As gardeners we are as busy as ever, winter is the time for all our construction projects, pruning, cultivation and most importantly of all, planning; and we have big plans for 2018! The project has been going for 5 years now and we’re getting closer and closer to fulfilling Arne Maynard’s vision for the walled garden. Over the winter we have installed another 98 elm posts, all cut from trees on the estate and sawn up on site, and over the next few months we are going to plant another 88 apple trees trained as step over cordons, this year we are concentrating on Scottish varieties. When the project is complete we’ll have over 400 step over apple trees bordering the perimeter paths. We already have 250 mature wall trained fruit trees including apricots, plums, gages, pears, peaches and figs. Our wonderful ancient apricot trees are some of the oldest in Scotland and still produce huge quantities of fruit, not to mention lovely fragrant blossom during April and May.

Hard work at Gordon Castle walled Garden

Our landscape gardeners continue tirelessly laying paths and edges brick by brick. When they’ve finished they’ll have put 48,000 handmade bricks in place and several miles of pathways. We don’t use contractors in the garden, everything is built and maintained by our team of 5 gardeners; the espalier posts, the pear tunnels, all the paths and edges, even the benches in the garden are built from scratch by us, all using locally sourced materials.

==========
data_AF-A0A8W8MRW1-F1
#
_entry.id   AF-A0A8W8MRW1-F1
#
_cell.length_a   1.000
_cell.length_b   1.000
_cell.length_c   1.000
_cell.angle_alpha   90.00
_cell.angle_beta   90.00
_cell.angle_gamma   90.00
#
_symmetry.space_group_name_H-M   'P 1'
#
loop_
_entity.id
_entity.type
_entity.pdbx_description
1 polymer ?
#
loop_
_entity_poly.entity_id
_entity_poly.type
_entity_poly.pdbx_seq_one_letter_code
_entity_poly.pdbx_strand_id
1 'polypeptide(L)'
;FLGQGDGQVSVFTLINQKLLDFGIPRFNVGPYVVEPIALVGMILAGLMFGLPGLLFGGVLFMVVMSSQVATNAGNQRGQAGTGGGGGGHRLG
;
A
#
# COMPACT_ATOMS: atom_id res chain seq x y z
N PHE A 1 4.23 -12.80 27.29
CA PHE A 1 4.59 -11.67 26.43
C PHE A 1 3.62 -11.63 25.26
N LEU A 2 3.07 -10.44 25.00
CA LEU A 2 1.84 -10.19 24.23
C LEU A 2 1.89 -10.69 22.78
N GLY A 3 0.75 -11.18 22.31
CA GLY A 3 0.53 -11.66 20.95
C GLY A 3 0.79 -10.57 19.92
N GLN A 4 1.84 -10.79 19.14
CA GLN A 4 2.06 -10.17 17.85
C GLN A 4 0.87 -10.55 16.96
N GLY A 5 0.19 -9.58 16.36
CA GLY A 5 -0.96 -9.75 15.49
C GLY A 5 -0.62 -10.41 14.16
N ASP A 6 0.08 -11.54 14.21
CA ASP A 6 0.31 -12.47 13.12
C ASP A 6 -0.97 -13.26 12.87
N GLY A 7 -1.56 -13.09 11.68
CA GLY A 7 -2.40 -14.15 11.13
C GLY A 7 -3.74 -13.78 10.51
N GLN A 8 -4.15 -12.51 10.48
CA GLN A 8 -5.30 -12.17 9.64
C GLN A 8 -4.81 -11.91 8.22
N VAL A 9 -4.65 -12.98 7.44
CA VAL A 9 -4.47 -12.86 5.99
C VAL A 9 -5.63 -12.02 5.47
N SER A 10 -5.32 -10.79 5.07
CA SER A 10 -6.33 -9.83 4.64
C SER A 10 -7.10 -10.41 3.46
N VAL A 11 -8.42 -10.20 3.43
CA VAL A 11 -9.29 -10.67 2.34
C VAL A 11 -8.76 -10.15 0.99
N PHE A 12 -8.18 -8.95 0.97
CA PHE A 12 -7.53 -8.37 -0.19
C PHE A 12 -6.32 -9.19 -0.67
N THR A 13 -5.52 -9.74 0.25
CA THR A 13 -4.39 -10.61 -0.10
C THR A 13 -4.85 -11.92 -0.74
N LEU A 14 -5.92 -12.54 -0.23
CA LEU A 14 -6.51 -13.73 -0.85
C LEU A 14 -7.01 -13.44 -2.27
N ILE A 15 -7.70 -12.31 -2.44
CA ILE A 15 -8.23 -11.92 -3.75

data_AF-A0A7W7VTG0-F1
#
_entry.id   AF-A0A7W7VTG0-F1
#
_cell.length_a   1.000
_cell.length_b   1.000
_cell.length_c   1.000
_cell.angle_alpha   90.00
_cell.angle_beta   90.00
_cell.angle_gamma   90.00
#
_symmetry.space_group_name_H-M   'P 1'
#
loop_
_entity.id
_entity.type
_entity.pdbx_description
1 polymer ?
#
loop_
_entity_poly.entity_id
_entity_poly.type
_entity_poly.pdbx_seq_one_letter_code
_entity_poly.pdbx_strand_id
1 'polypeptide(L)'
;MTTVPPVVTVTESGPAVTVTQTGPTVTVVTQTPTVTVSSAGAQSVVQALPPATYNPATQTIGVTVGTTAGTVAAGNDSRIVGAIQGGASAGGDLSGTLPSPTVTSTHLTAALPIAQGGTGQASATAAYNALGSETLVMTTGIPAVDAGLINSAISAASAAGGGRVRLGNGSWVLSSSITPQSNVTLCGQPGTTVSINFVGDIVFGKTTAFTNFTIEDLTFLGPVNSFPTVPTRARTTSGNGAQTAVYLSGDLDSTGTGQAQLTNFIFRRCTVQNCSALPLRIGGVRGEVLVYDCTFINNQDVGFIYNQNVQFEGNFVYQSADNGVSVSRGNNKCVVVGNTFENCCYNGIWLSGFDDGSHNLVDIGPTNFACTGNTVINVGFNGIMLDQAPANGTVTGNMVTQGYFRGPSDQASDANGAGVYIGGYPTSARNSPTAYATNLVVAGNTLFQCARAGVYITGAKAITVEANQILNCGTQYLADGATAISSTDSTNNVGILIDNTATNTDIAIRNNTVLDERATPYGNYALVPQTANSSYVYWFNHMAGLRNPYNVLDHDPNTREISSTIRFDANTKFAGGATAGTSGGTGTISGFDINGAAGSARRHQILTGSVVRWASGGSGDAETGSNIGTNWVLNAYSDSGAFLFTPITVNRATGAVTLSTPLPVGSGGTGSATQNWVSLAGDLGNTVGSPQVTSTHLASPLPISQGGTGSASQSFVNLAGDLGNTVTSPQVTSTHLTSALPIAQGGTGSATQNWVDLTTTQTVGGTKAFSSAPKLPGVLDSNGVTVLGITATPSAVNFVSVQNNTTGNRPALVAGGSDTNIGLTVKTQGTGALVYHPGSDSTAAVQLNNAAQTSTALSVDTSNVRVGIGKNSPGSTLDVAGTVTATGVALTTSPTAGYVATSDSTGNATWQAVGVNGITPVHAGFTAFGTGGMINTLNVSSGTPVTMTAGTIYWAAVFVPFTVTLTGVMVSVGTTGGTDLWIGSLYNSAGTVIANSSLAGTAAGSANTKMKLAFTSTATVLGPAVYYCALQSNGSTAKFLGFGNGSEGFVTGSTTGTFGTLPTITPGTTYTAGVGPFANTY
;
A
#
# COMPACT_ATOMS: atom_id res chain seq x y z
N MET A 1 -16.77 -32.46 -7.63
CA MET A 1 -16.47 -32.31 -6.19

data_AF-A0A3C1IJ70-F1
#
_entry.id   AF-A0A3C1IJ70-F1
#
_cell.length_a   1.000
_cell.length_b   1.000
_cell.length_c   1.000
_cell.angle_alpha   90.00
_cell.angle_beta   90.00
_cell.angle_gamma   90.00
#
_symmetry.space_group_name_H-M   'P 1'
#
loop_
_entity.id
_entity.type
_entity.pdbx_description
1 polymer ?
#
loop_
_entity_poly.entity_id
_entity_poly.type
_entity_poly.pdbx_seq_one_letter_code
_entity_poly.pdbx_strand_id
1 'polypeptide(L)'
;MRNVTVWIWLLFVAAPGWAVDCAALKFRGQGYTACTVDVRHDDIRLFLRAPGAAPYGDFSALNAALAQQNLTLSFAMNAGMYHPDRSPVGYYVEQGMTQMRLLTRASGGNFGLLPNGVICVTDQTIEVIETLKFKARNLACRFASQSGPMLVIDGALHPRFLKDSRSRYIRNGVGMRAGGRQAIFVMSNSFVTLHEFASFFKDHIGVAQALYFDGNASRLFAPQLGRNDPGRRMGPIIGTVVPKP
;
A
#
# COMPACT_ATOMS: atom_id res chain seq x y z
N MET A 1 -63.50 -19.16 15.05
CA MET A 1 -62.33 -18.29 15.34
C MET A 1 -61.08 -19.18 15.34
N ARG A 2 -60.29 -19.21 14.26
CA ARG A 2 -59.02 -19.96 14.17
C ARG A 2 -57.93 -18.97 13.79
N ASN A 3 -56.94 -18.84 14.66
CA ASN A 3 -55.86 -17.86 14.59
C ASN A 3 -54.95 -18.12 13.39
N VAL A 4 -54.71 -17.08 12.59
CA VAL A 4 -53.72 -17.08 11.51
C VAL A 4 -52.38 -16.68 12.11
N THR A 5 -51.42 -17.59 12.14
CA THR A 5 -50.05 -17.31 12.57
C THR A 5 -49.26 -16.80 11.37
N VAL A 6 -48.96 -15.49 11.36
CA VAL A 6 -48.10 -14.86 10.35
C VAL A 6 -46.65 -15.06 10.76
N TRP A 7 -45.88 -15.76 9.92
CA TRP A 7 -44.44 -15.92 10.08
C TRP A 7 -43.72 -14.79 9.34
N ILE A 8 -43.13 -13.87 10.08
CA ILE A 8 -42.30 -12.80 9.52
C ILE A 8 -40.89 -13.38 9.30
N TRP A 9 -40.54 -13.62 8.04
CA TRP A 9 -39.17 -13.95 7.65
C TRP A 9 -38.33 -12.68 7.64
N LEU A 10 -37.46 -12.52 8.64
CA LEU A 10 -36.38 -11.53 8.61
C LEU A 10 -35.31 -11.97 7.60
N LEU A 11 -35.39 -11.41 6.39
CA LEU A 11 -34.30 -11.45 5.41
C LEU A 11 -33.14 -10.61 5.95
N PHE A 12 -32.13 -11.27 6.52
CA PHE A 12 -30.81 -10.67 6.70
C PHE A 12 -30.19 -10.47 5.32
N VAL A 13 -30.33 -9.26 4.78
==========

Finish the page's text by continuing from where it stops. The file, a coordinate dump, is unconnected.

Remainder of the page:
The biggest project for 2018 is the planting of a new cherry orchard surrounding the curvaceous architectural mounds on the western side of the garden. As with everything we do here this orchard will be on a grand scale, running the full length of the garden (over 150m) and comprising of both summer fruiting and winter flowering cherries. The trees will provide flowers in the winter and spring, shade in the summer and fiery autumn colour, not to mention masses of sweet cherries for our head chef to work his magic on! Who knows, maybe we’ll make a cherry gin to go with our raspberry and plum liqueurs.